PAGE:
While the world eagerly waited to find out who will be the next pope, “Habemus Papam” took the news to a new level by allowing people to read and share any news article, regardless of the language or location in which it was written.
The project was supported by Der Mundo, an online service that generates links which detect a reader’s preferred language and automatically translates the news article into it. The website is easy to use: if you read an interesting article on, say, the BBC simply paste the link into Der Mundo and your cousin in Paris will see it translated from English to French, while your friend in Tokyo will be able to read it in Japanese.
This is a fascinating concept and the early incarnation of what might become one of the most popular online translation tools.
More and more companies are having their websites translated and localised for new target audiences. However, most of this content is static, meaning just a single translation is required. But what about company and news updates? The ability to share news articles and updated content across languages could open up new doors for business, allowing them to share regularly updated content with those new target audiences.
In our increasingly global world, this should not be underestimated – provided the translation is up to scratch, of course!
For readers, it also offers new avenues, giving them the facilities to read from diverse range news sources. It would also be an opportunity for content for large global events, such as the FIFA World Cup and the Olympic Games, to really reach an entire global audience. The London 2012 Summer Olympics welcomed athletes from 204 countries – just imagine if we had been able to read articles and perspectives from media sources of each of the competing nations.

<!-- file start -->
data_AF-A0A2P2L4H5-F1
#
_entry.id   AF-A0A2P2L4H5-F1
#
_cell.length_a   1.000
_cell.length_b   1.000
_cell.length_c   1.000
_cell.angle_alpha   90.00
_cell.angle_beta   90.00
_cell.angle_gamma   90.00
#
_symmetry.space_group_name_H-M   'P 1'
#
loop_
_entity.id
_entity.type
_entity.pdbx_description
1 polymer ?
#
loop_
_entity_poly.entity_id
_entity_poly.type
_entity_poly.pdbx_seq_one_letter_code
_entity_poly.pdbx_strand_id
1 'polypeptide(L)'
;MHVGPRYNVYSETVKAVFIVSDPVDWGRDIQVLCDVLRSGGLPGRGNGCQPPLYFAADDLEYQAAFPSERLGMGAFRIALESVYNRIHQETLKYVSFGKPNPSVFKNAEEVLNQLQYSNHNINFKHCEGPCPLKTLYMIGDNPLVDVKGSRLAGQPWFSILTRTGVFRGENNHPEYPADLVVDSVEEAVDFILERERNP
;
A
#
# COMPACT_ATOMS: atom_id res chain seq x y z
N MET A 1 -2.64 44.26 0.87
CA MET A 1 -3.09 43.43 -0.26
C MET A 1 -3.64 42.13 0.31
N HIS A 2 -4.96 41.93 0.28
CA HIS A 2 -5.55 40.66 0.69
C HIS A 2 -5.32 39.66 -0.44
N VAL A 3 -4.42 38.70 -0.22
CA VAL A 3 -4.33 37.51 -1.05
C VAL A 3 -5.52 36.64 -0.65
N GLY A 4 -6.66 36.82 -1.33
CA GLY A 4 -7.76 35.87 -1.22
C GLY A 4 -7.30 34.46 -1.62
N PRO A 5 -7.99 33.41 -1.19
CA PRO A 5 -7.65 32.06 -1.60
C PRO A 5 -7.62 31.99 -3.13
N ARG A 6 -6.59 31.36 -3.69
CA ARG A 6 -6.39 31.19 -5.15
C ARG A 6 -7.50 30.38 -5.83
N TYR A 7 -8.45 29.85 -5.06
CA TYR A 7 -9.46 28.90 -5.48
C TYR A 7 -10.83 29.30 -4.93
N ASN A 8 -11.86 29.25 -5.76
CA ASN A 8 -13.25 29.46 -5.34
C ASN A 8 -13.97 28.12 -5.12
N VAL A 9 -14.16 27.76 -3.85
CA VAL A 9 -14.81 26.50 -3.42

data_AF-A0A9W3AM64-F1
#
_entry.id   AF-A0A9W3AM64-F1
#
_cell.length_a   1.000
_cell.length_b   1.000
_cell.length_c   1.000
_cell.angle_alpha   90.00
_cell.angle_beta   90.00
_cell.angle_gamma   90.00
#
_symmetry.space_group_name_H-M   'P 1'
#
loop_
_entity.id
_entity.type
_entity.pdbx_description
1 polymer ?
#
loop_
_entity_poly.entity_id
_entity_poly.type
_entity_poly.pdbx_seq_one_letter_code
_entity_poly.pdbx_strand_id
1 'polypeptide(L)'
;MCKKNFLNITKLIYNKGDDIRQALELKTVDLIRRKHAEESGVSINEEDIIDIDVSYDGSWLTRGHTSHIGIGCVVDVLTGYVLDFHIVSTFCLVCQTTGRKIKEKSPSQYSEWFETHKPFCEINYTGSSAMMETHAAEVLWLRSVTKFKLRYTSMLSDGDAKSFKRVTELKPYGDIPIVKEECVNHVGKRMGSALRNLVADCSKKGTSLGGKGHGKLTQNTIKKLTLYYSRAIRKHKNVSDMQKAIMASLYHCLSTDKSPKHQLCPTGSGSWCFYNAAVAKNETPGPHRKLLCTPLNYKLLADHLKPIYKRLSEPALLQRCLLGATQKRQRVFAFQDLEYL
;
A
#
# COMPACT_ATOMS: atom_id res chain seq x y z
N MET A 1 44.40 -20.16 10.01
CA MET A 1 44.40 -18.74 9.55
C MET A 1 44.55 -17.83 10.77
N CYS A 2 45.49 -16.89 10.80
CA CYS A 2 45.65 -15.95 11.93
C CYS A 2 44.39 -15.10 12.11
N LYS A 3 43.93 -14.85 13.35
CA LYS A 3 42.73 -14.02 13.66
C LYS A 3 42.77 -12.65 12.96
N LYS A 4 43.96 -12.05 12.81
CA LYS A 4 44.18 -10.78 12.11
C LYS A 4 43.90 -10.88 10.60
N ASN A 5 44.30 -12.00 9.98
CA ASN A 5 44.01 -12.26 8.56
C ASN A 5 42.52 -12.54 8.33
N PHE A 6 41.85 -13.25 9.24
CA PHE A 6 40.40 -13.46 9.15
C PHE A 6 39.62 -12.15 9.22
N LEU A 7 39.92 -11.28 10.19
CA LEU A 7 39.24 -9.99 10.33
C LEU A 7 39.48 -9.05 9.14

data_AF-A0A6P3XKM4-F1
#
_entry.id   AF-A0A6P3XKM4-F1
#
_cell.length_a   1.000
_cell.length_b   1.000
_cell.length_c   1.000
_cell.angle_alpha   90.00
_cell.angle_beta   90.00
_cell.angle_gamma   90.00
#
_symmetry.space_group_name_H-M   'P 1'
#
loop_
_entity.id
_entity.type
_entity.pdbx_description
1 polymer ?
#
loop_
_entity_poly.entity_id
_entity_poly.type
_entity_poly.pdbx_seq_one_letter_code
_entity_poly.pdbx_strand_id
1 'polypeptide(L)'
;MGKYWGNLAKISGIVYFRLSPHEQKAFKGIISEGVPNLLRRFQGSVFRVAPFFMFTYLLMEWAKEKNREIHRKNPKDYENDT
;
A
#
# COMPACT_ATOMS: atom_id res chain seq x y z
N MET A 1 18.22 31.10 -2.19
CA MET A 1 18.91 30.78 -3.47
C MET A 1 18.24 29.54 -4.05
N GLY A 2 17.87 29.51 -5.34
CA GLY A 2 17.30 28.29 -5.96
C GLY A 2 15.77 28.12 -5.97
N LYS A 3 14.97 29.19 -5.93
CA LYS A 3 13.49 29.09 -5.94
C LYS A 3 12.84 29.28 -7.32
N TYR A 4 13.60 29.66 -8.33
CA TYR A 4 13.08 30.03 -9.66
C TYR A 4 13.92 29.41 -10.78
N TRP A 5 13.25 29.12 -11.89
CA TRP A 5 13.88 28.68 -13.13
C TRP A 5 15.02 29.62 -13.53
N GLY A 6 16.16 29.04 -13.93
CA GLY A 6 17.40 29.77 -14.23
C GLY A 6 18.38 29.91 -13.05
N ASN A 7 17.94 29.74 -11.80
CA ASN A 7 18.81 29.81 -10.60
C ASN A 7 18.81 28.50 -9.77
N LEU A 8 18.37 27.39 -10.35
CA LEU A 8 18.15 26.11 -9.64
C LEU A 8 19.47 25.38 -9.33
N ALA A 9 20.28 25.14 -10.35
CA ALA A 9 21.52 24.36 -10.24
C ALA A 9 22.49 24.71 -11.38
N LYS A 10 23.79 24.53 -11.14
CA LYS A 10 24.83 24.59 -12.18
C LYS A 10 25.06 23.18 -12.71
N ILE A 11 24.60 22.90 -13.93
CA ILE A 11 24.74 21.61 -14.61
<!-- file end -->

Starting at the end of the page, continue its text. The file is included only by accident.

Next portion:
Der Mundo was founded by Brian McConnell, who has made it his goal for more than ten years to remove language barriers when it comes to discovering new content online. As he says, “If you don’t know a page or article exists in another language, you won’t find it.”
Although “Habemus Papam” (which means “We have a pope” in Latin) only garnered 24 “Likes” on Facebook, it is the beginning of making a large global event language neutral. We previously blogged about Pope Benedict XVI using his new Latin Twitter account, just one of nine Twitter accounts he had to oversee to reach the 1.2 billion Catholic community. Imagine the possibilities if Pope Francis I was able to communicate in the language of any of his global followers.
In terms of translating quick updates, this may prove to be fantastic. However, larger scale translations will almost always have to take cultural sensitives and localisation factors into account. A professional translation agency, such as Today Translations, specialists in these very services, thanks to its team of professional translators, interpreters and linguists, all with many years of cultural knowledge.
Their fluency and linguistic knowledge are combined with cultural understanding to create accurate translations in over 160 languages. To discuss your translation requirements, please call us on +44 (0) 207 397 2770 or email us at [email protected].